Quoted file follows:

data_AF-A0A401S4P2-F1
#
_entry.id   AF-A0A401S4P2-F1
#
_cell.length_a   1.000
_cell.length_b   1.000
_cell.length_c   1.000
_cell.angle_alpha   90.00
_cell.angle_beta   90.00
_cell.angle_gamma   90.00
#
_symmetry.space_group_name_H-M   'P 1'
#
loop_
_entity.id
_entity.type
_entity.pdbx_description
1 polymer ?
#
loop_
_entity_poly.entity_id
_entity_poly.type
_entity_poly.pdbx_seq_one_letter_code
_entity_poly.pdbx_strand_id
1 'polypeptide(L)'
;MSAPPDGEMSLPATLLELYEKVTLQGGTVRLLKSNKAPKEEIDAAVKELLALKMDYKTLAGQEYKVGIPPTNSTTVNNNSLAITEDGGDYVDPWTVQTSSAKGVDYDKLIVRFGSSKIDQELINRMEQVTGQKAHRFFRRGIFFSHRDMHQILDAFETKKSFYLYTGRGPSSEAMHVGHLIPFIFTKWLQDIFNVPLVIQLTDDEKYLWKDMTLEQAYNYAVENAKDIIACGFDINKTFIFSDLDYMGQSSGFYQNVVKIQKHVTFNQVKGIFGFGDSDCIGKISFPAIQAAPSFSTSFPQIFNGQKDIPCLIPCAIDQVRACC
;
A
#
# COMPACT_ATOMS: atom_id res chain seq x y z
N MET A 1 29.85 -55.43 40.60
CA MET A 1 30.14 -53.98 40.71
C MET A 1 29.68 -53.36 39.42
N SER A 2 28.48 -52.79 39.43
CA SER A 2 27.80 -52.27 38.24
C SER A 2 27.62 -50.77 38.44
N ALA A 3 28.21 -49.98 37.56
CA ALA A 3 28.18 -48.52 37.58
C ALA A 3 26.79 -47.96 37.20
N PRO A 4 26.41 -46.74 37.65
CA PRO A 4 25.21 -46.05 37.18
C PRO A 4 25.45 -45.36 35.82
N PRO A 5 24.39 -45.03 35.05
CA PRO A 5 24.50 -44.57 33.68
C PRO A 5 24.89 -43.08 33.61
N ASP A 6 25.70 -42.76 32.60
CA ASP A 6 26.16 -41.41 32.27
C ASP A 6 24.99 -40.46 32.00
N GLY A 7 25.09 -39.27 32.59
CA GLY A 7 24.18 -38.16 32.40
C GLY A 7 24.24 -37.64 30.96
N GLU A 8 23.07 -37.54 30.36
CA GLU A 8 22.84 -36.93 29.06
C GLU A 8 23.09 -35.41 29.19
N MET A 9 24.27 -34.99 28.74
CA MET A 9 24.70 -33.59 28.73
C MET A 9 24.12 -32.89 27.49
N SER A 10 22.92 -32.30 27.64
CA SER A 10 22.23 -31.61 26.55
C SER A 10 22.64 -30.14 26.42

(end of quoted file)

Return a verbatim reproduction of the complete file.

data_AF-A0A401S4P2-F1
#
_entry.id   AF-A0A401S4P2-F1
#
_cell.length_a   1.000
_cell.length_b   1.000
_cell.length_c   1.000
_cell.angle_alpha   90.00
_cell.angle_beta   90.00
_cell.angle_gamma   90.00
#
_symmetry.space_group_name_H-M   'P 1'
#
loop_
_entity.id
_entity.type
_entity.pdbx_description
1 polymer ?
#
loop_
_entity_poly.entity_id
_entity_poly.type
_entity_poly.pdbx_seq_one_letter_code
_entity_poly.pdbx_strand_id
1 'polypeptide(L)'
;MSAPPDGEMSLPATLLELYEKVTLQGGTVRLLKSNKAPKEEIDAAVKELLALKMDYKTLAGQEYKVGIPPTNSTTVNNNSLAITEDGGDYVDPWTVQTSSAKGVDYDKLIVRFGSSKIDQELINRMEQVTGQKAHRFFRRGIFFSHRDMHQILDAFETKKSFYLYTGRGPSSEAMHVGHLIPFIFTKWLQDIFNVPLVIQLTDDEKYLWKDMTLEQAYNYAVENAKDIIACGFDINKTFIFSDLDYMGQSSGFYQNVVKIQKHVTFNQVKGIFGFGDSDCIGKISFPAIQAAPSFSTSFPQIFNGQKDIPCLIPCAIDQVRACC
;
A
#
# COMPACT_ATOMS: atom_id res chain seq x y z
N MET A 1 29.85 -55.43 40.60
CA MET A 1 30.14 -53.98 40.71
C MET A 1 29.68 -53.36 39.42
N SER A 2 28.48 -52.79 39.43
CA SER A 2 27.80 -52.27 38.24
C SER A 2 27.62 -50.77 38.44
N ALA A 3 28.21 -49.98 37.56
CA ALA A 3 28.18 -48.52 37.58
C ALA A 3 26.79 -47.96 37.20
N PRO A 4 26.41 -46.74 37.65
CA PRO A 4 25.21 -46.05 37.18
C PRO A 4 25.45 -45.36 35.82
N PRO A 5 24.39 -45.03 35.05
CA PRO A 5 24.50 -44.57 33.68
C PRO A 5 24.89 -43.08 33.61
N ASP A 6 25.70 -42.76 32.60
CA ASP A 6 26.16 -41.41 32.27
C ASP A 6 24.99 -40.46 32.00
N GLY A 7 25.09 -39.27 32.59
CA GLY A 7 24.18 -38.16 32.40
C GLY A 7 24.24 -37.64 30.96
N GLU A 8 23.07 -37.54 30.36
CA GLU A 8 22.84 -36.93 29.06
C GLU A 8 23.09 -35.41 29.19
N MET A 9 24.27 -34.99 28.74
CA MET A 9 24.70 -33.59 28.73
C MET A 9 24.12 -32.89 27.49
N SER A 10 22.92 -32.30 27.64
CA SER A 10 22.23 -31.61 26.55
C SER A 10 22.64 -30.14 26.42